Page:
We can thank Frank Ocean, not only for making a public statement that sweeps aside shadows and offers young fans another powerfully vulnerable star to admire and emulate, but for reminding us that while proudly declaring an identity can be a politically crucial gesture, often the human heart is not so sure-footed. The process of becoming and unbecoming, loving and losing, is what often makes for the most meaningful art.
Bloom is out next week!
The rapper from Odd Future, whose disappearance became a pop music mystery, speaks out on where he went: Coral Reef Academy, a therapeutic retreat for at-risk boys in Vaitele, outside of the Samoan capital of Apia:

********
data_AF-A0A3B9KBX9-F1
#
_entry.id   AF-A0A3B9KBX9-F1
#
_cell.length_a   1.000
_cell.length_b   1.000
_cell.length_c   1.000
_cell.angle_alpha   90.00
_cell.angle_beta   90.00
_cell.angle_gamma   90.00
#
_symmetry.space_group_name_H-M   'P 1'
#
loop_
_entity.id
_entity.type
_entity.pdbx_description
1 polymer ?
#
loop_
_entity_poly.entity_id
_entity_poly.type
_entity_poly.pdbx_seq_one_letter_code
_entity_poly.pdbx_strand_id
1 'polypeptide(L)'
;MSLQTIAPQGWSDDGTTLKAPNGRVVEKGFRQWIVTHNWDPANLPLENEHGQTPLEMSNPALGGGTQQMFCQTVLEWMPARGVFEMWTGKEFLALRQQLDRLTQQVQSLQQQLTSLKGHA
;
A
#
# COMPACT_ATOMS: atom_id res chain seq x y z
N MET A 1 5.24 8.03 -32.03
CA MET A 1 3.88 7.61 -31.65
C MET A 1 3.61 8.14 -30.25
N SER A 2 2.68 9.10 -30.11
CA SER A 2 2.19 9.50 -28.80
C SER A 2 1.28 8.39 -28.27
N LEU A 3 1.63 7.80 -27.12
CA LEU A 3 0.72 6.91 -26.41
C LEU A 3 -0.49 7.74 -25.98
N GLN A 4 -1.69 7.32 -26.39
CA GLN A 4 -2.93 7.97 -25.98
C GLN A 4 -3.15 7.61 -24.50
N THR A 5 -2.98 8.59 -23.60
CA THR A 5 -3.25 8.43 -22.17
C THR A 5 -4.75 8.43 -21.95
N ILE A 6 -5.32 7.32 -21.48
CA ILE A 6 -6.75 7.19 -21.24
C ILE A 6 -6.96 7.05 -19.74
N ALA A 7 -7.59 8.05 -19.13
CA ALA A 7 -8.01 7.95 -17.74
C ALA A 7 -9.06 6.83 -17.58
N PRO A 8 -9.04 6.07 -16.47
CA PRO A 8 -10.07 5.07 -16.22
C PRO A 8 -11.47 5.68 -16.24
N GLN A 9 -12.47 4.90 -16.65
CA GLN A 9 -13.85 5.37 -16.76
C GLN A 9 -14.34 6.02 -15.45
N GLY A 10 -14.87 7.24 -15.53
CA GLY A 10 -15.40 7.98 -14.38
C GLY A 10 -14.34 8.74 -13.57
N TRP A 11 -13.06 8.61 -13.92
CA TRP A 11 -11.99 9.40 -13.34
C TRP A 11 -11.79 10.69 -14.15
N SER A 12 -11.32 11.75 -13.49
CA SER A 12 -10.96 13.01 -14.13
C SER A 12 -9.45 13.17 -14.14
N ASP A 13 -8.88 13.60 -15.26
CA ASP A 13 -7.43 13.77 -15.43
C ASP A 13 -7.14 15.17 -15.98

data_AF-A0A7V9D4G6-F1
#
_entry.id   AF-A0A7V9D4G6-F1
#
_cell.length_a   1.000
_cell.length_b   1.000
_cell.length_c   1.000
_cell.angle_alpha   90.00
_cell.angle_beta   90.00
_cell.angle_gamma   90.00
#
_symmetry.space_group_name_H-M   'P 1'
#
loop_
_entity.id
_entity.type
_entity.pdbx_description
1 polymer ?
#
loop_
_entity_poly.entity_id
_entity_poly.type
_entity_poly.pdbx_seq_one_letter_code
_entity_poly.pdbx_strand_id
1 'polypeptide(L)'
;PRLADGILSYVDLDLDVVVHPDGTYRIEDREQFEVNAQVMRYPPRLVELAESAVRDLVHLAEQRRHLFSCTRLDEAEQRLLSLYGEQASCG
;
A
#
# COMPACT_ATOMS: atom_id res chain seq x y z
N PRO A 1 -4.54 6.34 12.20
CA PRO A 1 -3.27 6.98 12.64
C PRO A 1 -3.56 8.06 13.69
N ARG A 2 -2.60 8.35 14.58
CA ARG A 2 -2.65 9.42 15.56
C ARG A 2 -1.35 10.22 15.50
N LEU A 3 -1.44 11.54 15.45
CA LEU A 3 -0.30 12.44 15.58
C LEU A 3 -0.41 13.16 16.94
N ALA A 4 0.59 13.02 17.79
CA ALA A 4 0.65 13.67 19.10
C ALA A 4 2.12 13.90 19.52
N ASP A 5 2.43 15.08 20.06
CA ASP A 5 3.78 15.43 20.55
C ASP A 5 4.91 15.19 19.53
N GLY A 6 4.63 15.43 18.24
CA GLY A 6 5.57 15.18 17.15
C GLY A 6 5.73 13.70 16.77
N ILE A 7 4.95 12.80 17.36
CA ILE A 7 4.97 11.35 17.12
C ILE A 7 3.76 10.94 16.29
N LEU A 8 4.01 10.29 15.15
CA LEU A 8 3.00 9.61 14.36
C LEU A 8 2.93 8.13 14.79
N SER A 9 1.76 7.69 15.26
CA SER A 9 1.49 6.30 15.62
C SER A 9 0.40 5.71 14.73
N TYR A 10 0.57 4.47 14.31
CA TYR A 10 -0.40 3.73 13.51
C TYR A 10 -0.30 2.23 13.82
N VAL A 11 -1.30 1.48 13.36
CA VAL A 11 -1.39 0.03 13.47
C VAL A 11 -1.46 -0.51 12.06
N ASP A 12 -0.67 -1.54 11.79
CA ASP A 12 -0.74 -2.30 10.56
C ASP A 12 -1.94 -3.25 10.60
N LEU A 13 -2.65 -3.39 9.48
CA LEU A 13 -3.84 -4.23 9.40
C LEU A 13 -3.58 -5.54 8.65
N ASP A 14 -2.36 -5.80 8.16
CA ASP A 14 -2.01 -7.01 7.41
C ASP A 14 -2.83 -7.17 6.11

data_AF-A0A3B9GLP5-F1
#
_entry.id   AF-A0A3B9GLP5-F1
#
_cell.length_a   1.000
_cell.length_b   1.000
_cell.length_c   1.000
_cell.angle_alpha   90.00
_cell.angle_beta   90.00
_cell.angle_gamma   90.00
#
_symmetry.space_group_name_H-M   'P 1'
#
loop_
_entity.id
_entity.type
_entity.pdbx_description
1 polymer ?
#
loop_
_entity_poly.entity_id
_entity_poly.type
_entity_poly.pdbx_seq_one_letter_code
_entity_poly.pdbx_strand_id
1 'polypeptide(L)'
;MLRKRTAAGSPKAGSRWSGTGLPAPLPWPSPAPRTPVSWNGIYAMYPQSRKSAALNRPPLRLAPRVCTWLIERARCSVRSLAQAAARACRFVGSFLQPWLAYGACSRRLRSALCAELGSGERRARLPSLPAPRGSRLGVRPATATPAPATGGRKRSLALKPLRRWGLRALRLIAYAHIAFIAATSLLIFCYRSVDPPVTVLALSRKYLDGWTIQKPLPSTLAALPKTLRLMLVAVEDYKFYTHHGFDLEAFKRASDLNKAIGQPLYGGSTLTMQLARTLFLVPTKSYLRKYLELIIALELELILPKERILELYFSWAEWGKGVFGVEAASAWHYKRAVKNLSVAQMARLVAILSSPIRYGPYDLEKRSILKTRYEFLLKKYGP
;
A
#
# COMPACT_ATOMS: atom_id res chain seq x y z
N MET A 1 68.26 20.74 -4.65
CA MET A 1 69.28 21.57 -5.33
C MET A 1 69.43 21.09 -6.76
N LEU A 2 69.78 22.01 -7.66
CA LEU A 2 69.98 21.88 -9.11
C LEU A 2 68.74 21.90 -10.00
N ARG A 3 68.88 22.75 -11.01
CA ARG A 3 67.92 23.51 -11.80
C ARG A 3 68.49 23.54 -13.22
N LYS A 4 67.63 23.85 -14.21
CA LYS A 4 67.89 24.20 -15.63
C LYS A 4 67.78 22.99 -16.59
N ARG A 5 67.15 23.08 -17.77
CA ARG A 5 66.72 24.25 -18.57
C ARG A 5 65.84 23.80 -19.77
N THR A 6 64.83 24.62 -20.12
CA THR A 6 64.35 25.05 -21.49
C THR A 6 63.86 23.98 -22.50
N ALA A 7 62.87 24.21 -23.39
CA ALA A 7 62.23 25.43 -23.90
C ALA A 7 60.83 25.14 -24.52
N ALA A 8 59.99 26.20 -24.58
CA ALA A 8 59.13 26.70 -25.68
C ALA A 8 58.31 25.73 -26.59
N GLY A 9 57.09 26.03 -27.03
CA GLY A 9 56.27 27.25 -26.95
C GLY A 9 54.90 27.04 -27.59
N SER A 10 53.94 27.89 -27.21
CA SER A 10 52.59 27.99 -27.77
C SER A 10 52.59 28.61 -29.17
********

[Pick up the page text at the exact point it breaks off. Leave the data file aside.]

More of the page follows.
As Odd Future became more popular, though, his absence was harder to ignore. While Ms. Harris remained largely silent, ‘Free Earl’ became a slogan, a hashtag, a mantra. Odd Future fans began to see her as an antagonist. At one point a threatening note was left on her door.
‘I could have never imagined in my wildest dreams that this decision to send him away to a school that had the kind of support for his emotional well-being that he needed would turn into a story about locking him away,’ she said. To explain her son’s absence, she added, ‘I would’ve had to have talked about his personal life in a way that I think would’ve been really unfair.’